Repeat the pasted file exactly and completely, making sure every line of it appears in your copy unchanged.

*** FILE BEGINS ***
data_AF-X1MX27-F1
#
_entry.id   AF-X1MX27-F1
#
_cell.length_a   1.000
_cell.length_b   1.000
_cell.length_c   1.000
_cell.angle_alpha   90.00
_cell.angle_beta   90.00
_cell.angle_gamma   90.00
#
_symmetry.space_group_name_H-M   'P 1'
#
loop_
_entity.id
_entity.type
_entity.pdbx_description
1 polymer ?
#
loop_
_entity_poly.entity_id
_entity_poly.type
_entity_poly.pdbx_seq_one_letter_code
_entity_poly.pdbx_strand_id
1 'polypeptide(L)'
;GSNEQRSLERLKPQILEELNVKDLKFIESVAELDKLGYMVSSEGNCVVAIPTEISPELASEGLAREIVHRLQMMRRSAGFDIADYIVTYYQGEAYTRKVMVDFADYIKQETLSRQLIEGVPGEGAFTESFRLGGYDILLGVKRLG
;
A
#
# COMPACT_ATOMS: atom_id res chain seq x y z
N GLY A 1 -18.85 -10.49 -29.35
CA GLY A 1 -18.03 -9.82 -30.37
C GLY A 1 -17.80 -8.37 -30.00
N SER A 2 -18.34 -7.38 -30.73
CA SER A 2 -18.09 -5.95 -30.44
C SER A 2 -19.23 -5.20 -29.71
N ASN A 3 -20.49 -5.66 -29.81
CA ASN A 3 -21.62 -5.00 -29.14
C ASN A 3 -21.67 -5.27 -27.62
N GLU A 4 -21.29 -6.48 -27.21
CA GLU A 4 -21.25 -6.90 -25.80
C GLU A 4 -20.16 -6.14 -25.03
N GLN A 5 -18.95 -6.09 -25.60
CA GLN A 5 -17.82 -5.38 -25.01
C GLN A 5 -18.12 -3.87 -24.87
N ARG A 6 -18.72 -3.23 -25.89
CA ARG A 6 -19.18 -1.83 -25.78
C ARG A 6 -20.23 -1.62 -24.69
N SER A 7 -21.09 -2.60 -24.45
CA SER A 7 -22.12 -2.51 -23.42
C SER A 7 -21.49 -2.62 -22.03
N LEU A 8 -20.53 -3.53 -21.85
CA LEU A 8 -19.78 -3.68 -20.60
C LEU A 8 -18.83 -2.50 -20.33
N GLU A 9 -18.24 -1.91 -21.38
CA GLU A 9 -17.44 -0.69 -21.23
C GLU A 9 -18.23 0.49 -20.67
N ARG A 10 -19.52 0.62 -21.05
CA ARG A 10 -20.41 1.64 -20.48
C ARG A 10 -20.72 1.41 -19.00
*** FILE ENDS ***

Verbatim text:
data_AF-X1MX27-F1
#
_entry.id   AF-X1MX27-F1
#
_cell.length_a   1.000
_cell.length_b   1.000
_cell.length_c   1.000
_cell.angle_alpha   90.00
_cell.angle_beta   90.00
_cell.angle_gamma   90.00
#
_symmetry.space_group_name_H-M   'P 1'
#
loop_
_entity.id
_entity.type
_entity.pdbx_description
1 polymer ?
#
loop_
_entity_poly.entity_id
_entity_poly.type
_entity_poly.pdbx_seq_one_letter_code
_entity_poly.pdbx_strand_id
1 'polypeptide(L)'
;GSNEQRSLERLKPQILEELNVKDLKFIESVAELDKLGYMVSSEGNCVVAIPTEISPELASEGLAREIVHRLQMMRRSAGFDIADYIVTYYQGEAYTRKVMVDFADYIKQETLSRQLIEGVPGEGAFTESFRLGGYDILLGVKRLG
;
A
#
# COMPACT_ATOMS: atom_id res chain seq x y z
N GLY A 1 -18.85 -10.49 -29.35
CA GLY A 1 -18.03 -9.82 -30.37
C GLY A 1 -17.80 -8.37 -30.00
N SER A 2 -18.34 -7.38 -30.73
CA SER A 2 -18.09 -5.95 -30.44
C SER A 2 -19.23 -5.20 -29.71
N ASN A 3 -20.49 -5.66 -29.81
CA ASN A 3 -21.62 -5.00 -29.14
C ASN A 3 -21.67 -5.27 -27.62
N GLU A 4 -21.29 -6.48 -27.21
CA GLU A 4 -21.25 -6.90 -25.80
C GLU A 4 -20.16 -6.14 -25.03
N GLN A 5 -18.95 -6.09 -25.60
CA GLN A 5 -17.82 -5.38 -25.01
C GLN A 5 -18.12 -3.87 -24.87
N ARG A 6 -18.72 -3.23 -25.89
CA ARG A 6 -19.18 -1.83 -25.78
C ARG A 6 -20.23 -1.62 -24.69
N SER A 7 -21.09 -2.60 -24.45
CA SER A 7 -22.12 -2.51 -23.42
C SER A 7 -21.49 -2.62 -22.03
N LEU A 8 -20.53 -3.53 -21.85
CA LEU A 8 -19.78 -3.68 -20.60
C LEU A 8 -18.83 -2.50 -20.33
N GLU A 9 -18.24 -1.91 -21.38
CA GLU A 9 -17.44 -0.69 -21.23
C GLU A 9 -18.23 0.49 -20.67
N ARG A 10 -19.52 0.62 -21.05
CA ARG A 10 -20.41 1.64 -20.48
C ARG A 10 -20.72 1.41 -19.00